12-15-2009 08:52 PM
12-16-2009 11:17 AM
Is the property a Condo, or a detatched single-family dwelling that is zoned as a PUD? Unfortunately, your prospects for getting financing (either for purchase or for cash-out refi after buying in cash) on a Condo with an insolvent HOA are slim to none. Delinquent dues are also problematic. FHA has implemented a Condo approval process (which roughly mirrors what Fannie Mae already has in place) which, among other things, requires a capital reserve study that an insolvent HOA isn't going to pass muster on, and also requires an overall delinquency rate on dues of no more than 15%. There are many other variables and restrictions that come into play but suffice it to say, if the HOA is insolvent your prospects for getting any kind of institutional financing look grim.
You might consider asking another owner or manager of the HOA if there are any options they know of - while unlikely, there might be some source of private or portfolio financing that they have recently utilized.
On a more general note (not necessarily on this property), with regard to paying cash for a property and doing a subsequent cash-out refi, versus just getting purchase financing for the property to begin with: I highly recommend the latter course. Purchase financing will typically give you the most competitive rates, whereas there are often add-ons for cash-out financing depending on your loan-to-value. Also, rates are at historic lows right now, so it might behoove you to lock into a good rate on a purchase loan now, as opposed to waiting until you're ready to refi when rates might potentially be higher. Finally, you are unlikely to obtain cash-out financing within 6 months of purchasing a property as this is a common restriction in the industry, and you might not want to wait that long (especially in light of my last point, that rates have the strong potential that far down the road of being higher than they are today).
12-16-2009 11:22 AM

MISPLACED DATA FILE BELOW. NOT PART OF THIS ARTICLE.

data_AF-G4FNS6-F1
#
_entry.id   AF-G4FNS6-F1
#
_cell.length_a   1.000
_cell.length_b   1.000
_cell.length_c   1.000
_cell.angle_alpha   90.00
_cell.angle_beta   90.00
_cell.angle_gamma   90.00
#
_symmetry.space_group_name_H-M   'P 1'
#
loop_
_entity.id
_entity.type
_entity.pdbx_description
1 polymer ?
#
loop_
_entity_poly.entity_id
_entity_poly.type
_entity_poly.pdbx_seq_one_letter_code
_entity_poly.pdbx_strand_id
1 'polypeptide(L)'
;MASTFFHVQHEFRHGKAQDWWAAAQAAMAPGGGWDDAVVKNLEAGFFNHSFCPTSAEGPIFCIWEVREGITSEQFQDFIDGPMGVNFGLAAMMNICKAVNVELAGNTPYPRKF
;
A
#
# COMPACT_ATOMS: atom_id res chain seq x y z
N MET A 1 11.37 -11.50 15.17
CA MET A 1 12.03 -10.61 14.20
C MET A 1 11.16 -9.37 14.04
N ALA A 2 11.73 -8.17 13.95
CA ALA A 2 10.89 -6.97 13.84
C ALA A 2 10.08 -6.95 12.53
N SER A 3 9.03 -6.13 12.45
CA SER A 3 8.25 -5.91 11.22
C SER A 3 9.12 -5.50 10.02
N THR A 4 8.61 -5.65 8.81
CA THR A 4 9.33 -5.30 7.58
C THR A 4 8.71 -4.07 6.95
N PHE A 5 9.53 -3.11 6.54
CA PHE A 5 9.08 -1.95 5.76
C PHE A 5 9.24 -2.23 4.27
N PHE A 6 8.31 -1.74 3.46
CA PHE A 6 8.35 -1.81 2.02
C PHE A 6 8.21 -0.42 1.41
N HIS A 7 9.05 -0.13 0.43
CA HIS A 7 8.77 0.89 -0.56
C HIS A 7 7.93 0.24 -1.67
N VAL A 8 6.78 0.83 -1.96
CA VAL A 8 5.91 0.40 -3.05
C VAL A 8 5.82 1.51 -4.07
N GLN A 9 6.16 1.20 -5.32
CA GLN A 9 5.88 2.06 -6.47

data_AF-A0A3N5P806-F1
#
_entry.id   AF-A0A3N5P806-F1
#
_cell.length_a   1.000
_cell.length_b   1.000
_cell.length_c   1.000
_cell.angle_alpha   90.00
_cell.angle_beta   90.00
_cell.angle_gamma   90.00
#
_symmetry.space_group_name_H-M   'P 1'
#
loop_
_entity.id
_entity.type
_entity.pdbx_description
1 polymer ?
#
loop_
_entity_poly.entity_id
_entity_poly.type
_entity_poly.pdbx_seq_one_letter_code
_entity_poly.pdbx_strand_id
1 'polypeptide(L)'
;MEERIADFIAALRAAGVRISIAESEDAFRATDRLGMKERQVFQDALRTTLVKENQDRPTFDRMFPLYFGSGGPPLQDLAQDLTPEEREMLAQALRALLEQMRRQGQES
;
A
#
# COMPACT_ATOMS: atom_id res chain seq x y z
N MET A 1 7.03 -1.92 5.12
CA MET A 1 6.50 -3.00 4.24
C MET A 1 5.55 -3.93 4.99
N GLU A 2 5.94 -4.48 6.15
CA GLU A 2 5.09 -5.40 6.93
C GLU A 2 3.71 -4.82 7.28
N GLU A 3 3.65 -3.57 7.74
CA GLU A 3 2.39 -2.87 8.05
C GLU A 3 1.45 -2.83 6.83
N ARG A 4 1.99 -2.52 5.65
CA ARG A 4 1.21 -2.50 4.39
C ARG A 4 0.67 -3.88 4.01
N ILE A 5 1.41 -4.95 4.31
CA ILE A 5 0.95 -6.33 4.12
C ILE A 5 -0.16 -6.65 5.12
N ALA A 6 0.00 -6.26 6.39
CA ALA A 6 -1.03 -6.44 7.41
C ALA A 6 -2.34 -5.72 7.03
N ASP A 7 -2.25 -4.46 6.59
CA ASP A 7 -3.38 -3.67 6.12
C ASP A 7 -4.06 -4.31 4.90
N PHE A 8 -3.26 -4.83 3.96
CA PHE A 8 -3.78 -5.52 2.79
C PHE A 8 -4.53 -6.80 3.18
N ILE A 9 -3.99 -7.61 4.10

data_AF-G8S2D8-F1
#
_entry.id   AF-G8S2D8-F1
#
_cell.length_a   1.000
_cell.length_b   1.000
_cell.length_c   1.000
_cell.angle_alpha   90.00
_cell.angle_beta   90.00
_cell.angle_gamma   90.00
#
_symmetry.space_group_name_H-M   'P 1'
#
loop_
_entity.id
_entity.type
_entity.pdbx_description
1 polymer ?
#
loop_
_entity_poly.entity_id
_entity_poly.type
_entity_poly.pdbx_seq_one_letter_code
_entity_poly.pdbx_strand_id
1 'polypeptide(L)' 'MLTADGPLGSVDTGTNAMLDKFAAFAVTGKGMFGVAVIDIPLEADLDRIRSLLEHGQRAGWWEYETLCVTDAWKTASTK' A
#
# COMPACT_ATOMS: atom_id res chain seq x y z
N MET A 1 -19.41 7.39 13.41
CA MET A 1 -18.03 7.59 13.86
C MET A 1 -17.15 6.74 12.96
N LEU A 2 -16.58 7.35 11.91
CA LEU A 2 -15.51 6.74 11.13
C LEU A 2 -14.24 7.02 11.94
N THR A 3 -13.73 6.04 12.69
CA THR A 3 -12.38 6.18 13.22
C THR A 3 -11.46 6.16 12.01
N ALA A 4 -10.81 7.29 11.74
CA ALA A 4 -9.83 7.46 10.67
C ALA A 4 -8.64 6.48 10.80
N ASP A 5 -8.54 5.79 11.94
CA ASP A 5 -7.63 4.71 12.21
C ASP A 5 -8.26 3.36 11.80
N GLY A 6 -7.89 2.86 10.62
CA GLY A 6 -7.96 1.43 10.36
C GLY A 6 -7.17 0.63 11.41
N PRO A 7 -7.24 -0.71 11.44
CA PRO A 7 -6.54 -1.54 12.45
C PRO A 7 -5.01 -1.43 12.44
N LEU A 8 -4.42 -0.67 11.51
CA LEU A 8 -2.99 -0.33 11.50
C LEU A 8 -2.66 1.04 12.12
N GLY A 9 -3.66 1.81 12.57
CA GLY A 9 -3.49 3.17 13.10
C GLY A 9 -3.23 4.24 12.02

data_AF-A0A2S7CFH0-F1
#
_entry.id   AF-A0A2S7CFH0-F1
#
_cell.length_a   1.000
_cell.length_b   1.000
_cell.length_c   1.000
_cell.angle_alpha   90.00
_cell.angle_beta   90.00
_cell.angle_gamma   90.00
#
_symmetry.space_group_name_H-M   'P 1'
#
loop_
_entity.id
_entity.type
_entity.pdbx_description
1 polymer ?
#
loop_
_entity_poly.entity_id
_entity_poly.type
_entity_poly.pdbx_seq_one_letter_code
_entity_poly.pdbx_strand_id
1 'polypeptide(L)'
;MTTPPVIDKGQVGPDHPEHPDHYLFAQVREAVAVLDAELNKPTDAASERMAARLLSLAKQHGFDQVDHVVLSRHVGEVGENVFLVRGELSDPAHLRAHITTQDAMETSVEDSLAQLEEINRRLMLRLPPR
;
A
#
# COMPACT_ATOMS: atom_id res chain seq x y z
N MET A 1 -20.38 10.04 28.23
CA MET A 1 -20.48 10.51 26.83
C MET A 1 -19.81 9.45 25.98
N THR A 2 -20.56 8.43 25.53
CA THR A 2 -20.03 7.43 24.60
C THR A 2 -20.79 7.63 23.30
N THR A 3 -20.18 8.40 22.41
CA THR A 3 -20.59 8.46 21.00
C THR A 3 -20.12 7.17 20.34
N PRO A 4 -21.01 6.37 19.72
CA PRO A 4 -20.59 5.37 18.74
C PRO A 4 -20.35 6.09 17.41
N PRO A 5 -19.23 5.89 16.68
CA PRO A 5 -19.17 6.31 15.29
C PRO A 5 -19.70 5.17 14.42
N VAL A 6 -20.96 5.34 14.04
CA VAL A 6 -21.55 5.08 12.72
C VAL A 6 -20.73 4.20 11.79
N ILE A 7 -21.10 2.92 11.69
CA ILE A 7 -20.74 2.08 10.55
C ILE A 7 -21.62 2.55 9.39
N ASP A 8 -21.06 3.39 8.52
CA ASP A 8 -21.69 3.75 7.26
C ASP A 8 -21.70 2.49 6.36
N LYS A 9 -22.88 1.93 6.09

For starters, cash out refinances generally require 6 months ownership before you can apply. That then means you won't get your cash for about 8 months giving most turn times. A Home Equity Line of Credit could be put on the home, provided it's Owner Occupied shortly after closing, but they will likely ask a few questions about the HOA so you cannot be certain this will close.
The bigger question is why buy in this community at all? If the HOA is insolvent, you as an owner might be facing tens of thousands of dollars in assessments or sky high dues to catch the HOA up. This will put price pressure on current owners and may press all prices down to the point where your "good deal" isn't any longer. Troubled units are that way for a reason. That same reason tends to continue on and on unless serious management changes are made. Are you willing to bank on that happening with family funds? Also, stigmatized properties may be very, very difficult to re-sell even if the HOA is repaired. If you are going to use this property as a rental, then it might make sense to buy, but on balance the advice I'd listen to is from trusted advisors who say "avoid this purchase".
Thanks for reading,
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12-16-2009 07:15 PM
I am not sure on the how the property is zoned but it is a detached unit and is called a PUD in the listing, only reason I considered an all cash offer (I have 20% down for conventional) was due to the HOA issues and my observation in general seeing lower cash offers being accepted over higher financed offers. The story on the HOA is confusing where it sounds like there are sufficent cash reserves (over $150K) but about a third (out of 100) units delinquent. It looks like this one will be a pass, thanks for your insight Loan_Educator and LoansbyJW!
Another question. If a regular SFR to live in was purchased with cash, do you think the cashout/refi timeline would also be 6-8 months ago? Would a HELOC be a better option? The purchase would be on the lower end of the market (around $250K), thank you!
12-17-2009 11:01 AM
Yes. It will be 6 months, plus time to approve and process the loan. Since it's "cash out" anyway, if you get a HELOC now you can get the funds you need at a sub 5% rate (HELOC) or sub 7% rate (HELOAN) then replace those funds with a standard 30 fixed rate mortgage later. It's the "now" question that will influence how you need to go. If you need the funds "now", then get a HELOC. If you can wait, then do so.
Thanks for reading,
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